Congressman Greg Walden

Representing the 2nd District of Oregon

Walden calls on administration to address wildfire funding, forest management reform

October 4, 2017
Press Release

October 4, 2017

 

The Honorable Mick Mulvaney

Director

The Office of Management & Budget

725 17th Street, NW

Washington, DC 20503

 

Dear Director Mulvaney:


We write to call your immediate attention to the damage catastrophic wildfires cause to our communities, States, national forests and other public lands throughout the country.

The National Interagency Fire Center reports that there have been 49,563 fires that burned 8,422,251 acres so far in 2017.  According to the U.S. Forest Service (FS), another 80 million acres throughout the country are currently considered high risk. The FS has expended more than $2.3 billion to fight fires in fiscal year 2017 alone - a new record.  The House Committee on Natural Resources reports that in 2016, wildfires destroyed 4,312 structures, including 3,192 residences.
 

The House Committee on Natural Resources also stated, “Despite data from the FS indicating that active forest management reduces wildfire intensity and improves forest health, only 1 to 2% of high risk areas are treated.” In fact, the Committee has reported that hazardous fuels are accumulating three times as fast as they can be treated and that the FS only harvested 2.5 billion board feet in 2016 compared to over 10 billion board feet in 1990. To make matters worse, litigation and other challenges have caused a significant reduction in active saw mills nationwide, from 1,311 in 1995 to just over 220 today.

Catastrophic fires also cause significant damage to the environment. Robust data from NASA has concluded that one catastrophic wildfire can emit more carbon emissions in a few days than total vehicle emissions in an entire state over the course of a year. As a result of recent wildfires, Seeley Lake, Montana set a record for the worst air quality ever recorded there - 18 times greater than EPA’s safe particle limit. The House Committee on Energy and Commerce recently reported, “In 2005 alone, wildfires resulted in more than 126 million tons of carbon dioxide in the United States.”

Rep. Westerman and Ken Fisher recently pointed out that Congress authorized approximately $120 billion for Hurricane Katrina and $50 billion for Hurricane Sandy relief. Meanwhile, the entire 2016 budget for the Forest Service was $7.1 billion. More than half of these funds went to put out wildfires. Catastrophic wildfires are horrific disasters and should be responded to as such – much the same way that we as a nation are currently confronting the incredible devastation wrought by Hurricanes Maria, Harvey and Irma.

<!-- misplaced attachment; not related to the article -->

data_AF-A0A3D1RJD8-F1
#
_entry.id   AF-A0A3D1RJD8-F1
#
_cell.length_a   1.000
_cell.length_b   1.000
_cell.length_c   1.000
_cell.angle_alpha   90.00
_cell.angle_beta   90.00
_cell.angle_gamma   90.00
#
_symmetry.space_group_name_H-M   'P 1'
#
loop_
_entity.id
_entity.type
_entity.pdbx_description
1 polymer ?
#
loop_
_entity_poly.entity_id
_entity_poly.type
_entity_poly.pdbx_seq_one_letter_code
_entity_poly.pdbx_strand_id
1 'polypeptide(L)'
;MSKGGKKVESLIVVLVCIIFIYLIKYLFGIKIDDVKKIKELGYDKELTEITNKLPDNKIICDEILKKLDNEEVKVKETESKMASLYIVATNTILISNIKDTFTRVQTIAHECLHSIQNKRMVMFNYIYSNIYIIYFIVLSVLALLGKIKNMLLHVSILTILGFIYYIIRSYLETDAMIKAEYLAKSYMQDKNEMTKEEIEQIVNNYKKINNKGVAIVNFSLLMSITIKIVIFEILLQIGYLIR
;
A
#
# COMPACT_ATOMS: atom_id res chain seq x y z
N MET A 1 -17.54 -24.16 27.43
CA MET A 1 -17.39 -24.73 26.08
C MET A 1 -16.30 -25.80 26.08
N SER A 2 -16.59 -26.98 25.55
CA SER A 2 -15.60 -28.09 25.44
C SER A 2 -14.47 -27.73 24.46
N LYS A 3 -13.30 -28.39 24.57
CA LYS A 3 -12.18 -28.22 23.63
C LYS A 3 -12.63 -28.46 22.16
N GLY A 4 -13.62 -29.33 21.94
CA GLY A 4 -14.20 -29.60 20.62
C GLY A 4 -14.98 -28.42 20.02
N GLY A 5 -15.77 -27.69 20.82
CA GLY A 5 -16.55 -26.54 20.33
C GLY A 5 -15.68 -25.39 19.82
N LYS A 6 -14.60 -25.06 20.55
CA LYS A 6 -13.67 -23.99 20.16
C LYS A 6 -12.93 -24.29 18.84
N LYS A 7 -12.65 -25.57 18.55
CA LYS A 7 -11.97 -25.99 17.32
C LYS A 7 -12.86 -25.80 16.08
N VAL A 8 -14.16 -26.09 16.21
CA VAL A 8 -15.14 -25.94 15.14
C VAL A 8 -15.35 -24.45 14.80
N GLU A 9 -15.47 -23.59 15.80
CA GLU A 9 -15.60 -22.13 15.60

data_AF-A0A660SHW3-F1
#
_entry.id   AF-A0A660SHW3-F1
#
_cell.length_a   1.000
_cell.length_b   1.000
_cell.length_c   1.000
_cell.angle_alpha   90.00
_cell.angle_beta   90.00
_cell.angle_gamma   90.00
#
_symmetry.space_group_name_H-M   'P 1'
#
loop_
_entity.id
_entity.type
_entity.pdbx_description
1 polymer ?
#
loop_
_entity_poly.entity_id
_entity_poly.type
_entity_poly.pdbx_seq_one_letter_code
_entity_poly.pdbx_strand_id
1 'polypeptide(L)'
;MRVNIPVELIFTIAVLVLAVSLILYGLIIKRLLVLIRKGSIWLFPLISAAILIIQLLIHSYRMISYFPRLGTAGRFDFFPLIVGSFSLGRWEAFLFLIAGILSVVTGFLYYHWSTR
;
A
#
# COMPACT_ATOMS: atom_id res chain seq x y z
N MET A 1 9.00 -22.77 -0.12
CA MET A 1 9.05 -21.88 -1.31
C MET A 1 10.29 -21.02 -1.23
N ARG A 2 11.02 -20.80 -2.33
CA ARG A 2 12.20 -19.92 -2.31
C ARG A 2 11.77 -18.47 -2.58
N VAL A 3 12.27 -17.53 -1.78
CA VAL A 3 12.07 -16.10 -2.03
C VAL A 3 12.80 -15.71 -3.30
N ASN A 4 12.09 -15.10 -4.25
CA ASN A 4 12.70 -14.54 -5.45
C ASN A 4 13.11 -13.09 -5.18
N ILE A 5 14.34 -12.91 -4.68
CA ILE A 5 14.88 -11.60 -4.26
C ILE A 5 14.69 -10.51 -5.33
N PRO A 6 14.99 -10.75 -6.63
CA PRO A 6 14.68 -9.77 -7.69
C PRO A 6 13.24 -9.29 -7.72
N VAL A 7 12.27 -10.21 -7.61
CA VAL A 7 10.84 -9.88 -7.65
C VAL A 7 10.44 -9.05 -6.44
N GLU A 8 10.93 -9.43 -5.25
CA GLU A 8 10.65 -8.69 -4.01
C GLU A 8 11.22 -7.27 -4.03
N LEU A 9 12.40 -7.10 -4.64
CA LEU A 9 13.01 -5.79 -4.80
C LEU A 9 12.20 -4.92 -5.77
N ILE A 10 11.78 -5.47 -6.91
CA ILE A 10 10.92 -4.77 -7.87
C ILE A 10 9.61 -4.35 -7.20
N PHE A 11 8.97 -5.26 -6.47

Eight times in the last twelve years, the FS has moved funds from other operating accounts to fight fire, depleting accounts for forest management in the process that would help prevent catastrophic wildfires. This flawed approach causes us to spend billions of dollars on the backend to suppress fire, neglecting fire prevention and putting our communities at increasing risk of catastrophic fire. This is a treatable problem, and one which we understand the causes of very well.

Healthy forest advocates support solutions like Rep. Westerman’s bipartisan H.R. 2936, Resilient Federal Forests Act and Reps. Simpson and Schrader’s bipartisan H.R. 2862, the Wildfire Disaster Funding Act. H.R. 2936 is comprehensive legislation that simplifies the cumbersome planning process and reduces the cost of implementing proactive forest management strategies. The bill adopts a forward-thinking, active management strategy that combats dangerous wildfires before they get started and includes reforms that would end the practice of fire borrowing. H.R. 2862 would change how we budget for the costs of suppressing catastrophic wildfires to conform to the method we use to budget for other natural disasters, such as hurricanes and tornados. This reform seeks to ensure resources are available to fight catastrophic wildfires without raiding accounts that prevent these fires in the first place.

Mismanagement has left our forests vulnerable to insects and disease and ripe for catastrophic wildfires. The system is broken. We need forest management reforms, and we need them now. We ask that you work with us to help to fix the way we manage our forests and how we pay for wildfire disasters. Two goals we can all agree on are reducing the costs of these fires and breaking out of this destructive, nationwide wildfire cycle.

Accordingly, we ask that the Administration send Congress a proposal that includes comprehensive forest management and wildland fire budgeting reforms as part of the next disaster relief request as soon as possible. We look forward to working with you to resolve these long-standing issues for the benefit of the American people and to ensure our natural resource heritage is sustained for future generations.